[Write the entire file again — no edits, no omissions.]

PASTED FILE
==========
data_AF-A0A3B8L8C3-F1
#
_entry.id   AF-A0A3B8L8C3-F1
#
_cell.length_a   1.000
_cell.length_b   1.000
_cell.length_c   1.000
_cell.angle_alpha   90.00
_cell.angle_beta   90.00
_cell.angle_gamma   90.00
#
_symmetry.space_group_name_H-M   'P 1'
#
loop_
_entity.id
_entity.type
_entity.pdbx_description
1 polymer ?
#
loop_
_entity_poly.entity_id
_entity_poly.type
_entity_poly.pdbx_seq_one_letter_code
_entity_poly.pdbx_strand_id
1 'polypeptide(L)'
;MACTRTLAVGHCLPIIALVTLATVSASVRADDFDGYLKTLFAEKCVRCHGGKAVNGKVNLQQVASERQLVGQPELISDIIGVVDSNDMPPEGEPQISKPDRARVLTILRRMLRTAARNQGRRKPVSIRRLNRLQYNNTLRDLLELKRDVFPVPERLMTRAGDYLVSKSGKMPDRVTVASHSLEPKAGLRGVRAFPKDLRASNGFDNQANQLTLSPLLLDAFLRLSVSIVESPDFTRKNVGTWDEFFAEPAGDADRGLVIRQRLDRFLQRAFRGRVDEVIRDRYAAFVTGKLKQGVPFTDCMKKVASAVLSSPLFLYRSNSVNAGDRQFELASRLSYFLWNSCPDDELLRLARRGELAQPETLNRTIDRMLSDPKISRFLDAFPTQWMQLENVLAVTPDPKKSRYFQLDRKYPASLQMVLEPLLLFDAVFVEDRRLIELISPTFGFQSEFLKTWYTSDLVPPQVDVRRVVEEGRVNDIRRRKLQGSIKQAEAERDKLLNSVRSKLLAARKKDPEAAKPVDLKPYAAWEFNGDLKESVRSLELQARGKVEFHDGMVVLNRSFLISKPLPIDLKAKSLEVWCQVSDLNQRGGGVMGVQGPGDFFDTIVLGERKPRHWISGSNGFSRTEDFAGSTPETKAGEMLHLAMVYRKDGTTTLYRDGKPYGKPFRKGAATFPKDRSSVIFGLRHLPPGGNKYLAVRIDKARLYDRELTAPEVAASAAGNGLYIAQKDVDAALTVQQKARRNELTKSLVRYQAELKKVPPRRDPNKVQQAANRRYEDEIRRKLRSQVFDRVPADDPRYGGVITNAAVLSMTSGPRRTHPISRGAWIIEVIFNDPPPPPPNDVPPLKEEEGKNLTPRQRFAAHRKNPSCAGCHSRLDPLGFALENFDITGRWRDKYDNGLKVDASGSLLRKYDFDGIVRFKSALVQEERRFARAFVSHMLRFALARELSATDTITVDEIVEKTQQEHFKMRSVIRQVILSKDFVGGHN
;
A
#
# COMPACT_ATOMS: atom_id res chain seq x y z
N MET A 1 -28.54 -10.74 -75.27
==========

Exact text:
data_AF-A0A3B8L8C3-F1
#
_entry.id   AF-A0A3B8L8C3-F1
#
_cell.length_a   1.000
_cell.length_b   1.000
_cell.length_c   1.000
_cell.angle_alpha   90.00
_cell.angle_beta   90.00
_cell.angle_gamma   90.00
#
_symmetry.space_group_name_H-M   'P 1'
#
loop_
_entity.id
_entity.type
_entity.pdbx_description
1 polymer ?
#
loop_
_entity_poly.entity_id
_entity_poly.type
_entity_poly.pdbx_seq_one_letter_code
_entity_poly.pdbx_strand_id
1 'polypeptide(L)'
;MACTRTLAVGHCLPIIALVTLATVSASVRADDFDGYLKTLFAEKCVRCHGGKAVNGKVNLQQVASERQLVGQPELISDIIGVVDSNDMPPEGEPQISKPDRARVLTILRRMLRTAARNQGRRKPVSIRRLNRLQYNNTLRDLLELKRDVFPVPERLMTRAGDYLVSKSGKMPDRVTVASHSLEPKAGLRGVRAFPKDLRASNGFDNQANQLTLSPLLLDAFLRLSVSIVESPDFTRKNVGTWDEFFAEPAGDADRGLVIRQRLDRFLQRAFRGRVDEVIRDRYAAFVTGKLKQGVPFTDCMKKVASAVLSSPLFLYRSNSVNAGDRQFELASRLSYFLWNSCPDDELLRLARRGELAQPETLNRTIDRMLSDPKISRFLDAFPTQWMQLENVLAVTPDPKKSRYFQLDRKYPASLQMVLEPLLLFDAVFVEDRRLIELISPTFGFQSEFLKTWYTSDLVPPQVDVRRVVEEGRVNDIRRRKLQGSIKQAEAERDKLLNSVRSKLLAARKKDPEAAKPVDLKPYAAWEFNGDLKESVRSLELQARGKVEFHDGMVVLNRSFLISKPLPIDLKAKSLEVWCQVSDLNQRGGGVMGVQGPGDFFDTIVLGERKPRHWISGSNGFSRTEDFAGSTPETKAGEMLHLAMVYRKDGTTTLYRDGKPYGKPFRKGAATFPKDRSSVIFGLRHLPPGGNKYLAVRIDKARLYDRELTAPEVAASAAGNGLYIAQKDVDAALTVQQKARRNELTKSLVRYQAELKKVPPRRDPNKVQQAANRRYEDEIRRKLRSQVFDRVPADDPRYGGVITNAAVLSMTSGPRRTHPISRGAWIIEVIFNDPPPPPPNDVPPLKEEEGKNLTPRQRFAAHRKNPSCAGCHSRLDPLGFALENFDITGRWRDKYDNGLKVDASGSLLRKYDFDGIVRFKSALVQEERRFARAFVSHMLRFALARELSATDTITVDEIVEKTQQEHFKMRSVIRQVILSKDFVGGHN
;
A
#
# COMPACT_ATOMS: atom_id res chain seq x y z
N MET A 1 -28.54 -10.74 -75.27